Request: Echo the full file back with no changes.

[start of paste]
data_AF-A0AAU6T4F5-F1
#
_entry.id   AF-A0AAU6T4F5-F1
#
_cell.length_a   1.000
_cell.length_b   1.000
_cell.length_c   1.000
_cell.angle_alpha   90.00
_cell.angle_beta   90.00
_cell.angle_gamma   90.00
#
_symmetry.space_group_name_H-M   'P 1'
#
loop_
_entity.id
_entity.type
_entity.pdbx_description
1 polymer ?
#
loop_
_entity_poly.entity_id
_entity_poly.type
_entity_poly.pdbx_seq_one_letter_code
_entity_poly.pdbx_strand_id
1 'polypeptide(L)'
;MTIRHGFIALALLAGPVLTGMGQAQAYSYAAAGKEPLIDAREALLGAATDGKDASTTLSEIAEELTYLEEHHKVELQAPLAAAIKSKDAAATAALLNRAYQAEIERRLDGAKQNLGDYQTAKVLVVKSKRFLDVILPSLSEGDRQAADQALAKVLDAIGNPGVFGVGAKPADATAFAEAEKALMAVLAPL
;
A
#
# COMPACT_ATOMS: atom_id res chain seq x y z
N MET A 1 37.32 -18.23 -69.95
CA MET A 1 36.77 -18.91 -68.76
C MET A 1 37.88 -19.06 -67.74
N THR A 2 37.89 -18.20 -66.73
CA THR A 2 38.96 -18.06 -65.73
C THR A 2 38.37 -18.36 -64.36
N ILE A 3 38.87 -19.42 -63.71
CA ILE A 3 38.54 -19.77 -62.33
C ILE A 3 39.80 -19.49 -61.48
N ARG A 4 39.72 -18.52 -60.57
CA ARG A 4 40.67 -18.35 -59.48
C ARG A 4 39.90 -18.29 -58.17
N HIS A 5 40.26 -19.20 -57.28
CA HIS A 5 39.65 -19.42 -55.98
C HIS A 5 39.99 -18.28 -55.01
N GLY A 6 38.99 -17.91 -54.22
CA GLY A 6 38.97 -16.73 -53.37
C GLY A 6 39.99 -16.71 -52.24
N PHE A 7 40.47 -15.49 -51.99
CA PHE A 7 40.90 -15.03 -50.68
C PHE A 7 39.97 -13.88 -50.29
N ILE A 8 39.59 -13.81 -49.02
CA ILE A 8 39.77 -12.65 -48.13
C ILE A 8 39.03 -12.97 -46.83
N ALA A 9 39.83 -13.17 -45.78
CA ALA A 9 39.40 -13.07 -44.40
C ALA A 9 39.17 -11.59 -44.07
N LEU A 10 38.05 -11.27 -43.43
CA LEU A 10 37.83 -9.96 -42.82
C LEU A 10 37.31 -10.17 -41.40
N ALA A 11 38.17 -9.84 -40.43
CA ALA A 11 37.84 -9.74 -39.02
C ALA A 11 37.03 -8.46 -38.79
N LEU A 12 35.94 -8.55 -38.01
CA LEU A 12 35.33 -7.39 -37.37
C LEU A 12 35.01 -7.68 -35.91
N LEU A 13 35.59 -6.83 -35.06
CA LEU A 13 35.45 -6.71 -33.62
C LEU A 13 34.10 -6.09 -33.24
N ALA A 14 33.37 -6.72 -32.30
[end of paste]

data_AF-A0AAU6T4F5-F1
#
_entry.id   AF-A0AAU6T4F5-F1
#
_cell.length_a   1.000
_cell.length_b   1.000
_cell.length_c   1.000
_cell.angle_alpha   90.00
_cell.angle_beta   90.00
_cell.angle_gamma   90.00
#
_symmetry.space_group_name_H-M   'P 1'
#
loop_
_entity.id
_entity.type
_entity.pdbx_description
1 polymer ?
#
loop_
_entity_poly.entity_id
_entity_poly.type
_entity_poly.pdbx_seq_one_letter_code
_entity_poly.pdbx_strand_id
1 'polypeptide(L)'
;MTIRHGFIALALLAGPVLTGMGQAQAYSYAAAGKEPLIDAREALLGAATDGKDASTTLSEIAEELTYLEEHHKVELQAPLAAAIKSKDAAATAALLNRAYQAEIERRLDGAKQNLGDYQTAKVLVVKSKRFLDVILPSLSEGDRQAADQALAKVLDAIGNPGVFGVGAKPADATAFAEAEKALMAVLAPL
;
A
#
# COMPACT_ATOMS: atom_id res chain seq x y z
N MET A 1 37.32 -18.23 -69.95
CA MET A 1 36.77 -18.91 -68.76
C MET A 1 37.88 -19.06 -67.74
N THR A 2 37.89 -18.20 -66.73
CA THR A 2 38.96 -18.06 -65.73
C THR A 2 38.37 -18.36 -64.36
N ILE A 3 38.87 -19.42 -63.71
CA ILE A 3 38.54 -19.77 -62.33
C ILE A 3 39.80 -19.49 -61.48
N ARG A 4 39.72 -18.52 -60.57
CA ARG A 4 40.67 -18.35 -59.48
C ARG A 4 39.90 -18.29 -58.17
N HIS A 5 40.26 -19.20 -57.28
CA HIS A 5 39.65 -19.42 -55.98
C HIS A 5 39.99 -18.28 -55.01
N GLY A 6 38.99 -17.91 -54.22
CA GLY A 6 38.97 -16.73 -53.37
C GLY A 6 39.99 -16.71 -52.24
N PHE A 7 40.47 -15.49 -51.99
CA PHE A 7 40.90 -15.03 -50.68
C PHE A 7 39.97 -13.88 -50.29
N ILE A 8 39.59 -13.81 -49.02
CA ILE A 8 39.77 -12.65 -48.13
C ILE A 8 39.03 -12.97 -46.83
N ALA A 9 39.83 -13.17 -45.78
CA ALA A 9 39.40 -13.07 -44.40
C ALA A 9 39.17 -11.59 -44.07
N LEU A 10 38.05 -11.27 -43.43
CA LEU A 10 37.83 -9.96 -42.82
C LEU A 10 37.31 -10.17 -41.40
N ALA A 11 38.17 -9.84 -40.43
CA ALA A 11 37.84 -9.74 -39.02
C ALA A 11 37.03 -8.46 -38.79
N LEU A 12 35.94 -8.55 -38.01
CA LEU A 12 35.33 -7.39 -37.37
C LEU A 12 35.01 -7.68 -35.91
N LEU A 13 35.59 -6.83 -35.06
CA LEU A 13 35.45 -6.71 -33.62
C LEU A 13 34.10 -6.09 -33.24
N ALA A 14 33.37 -6.72 -32.30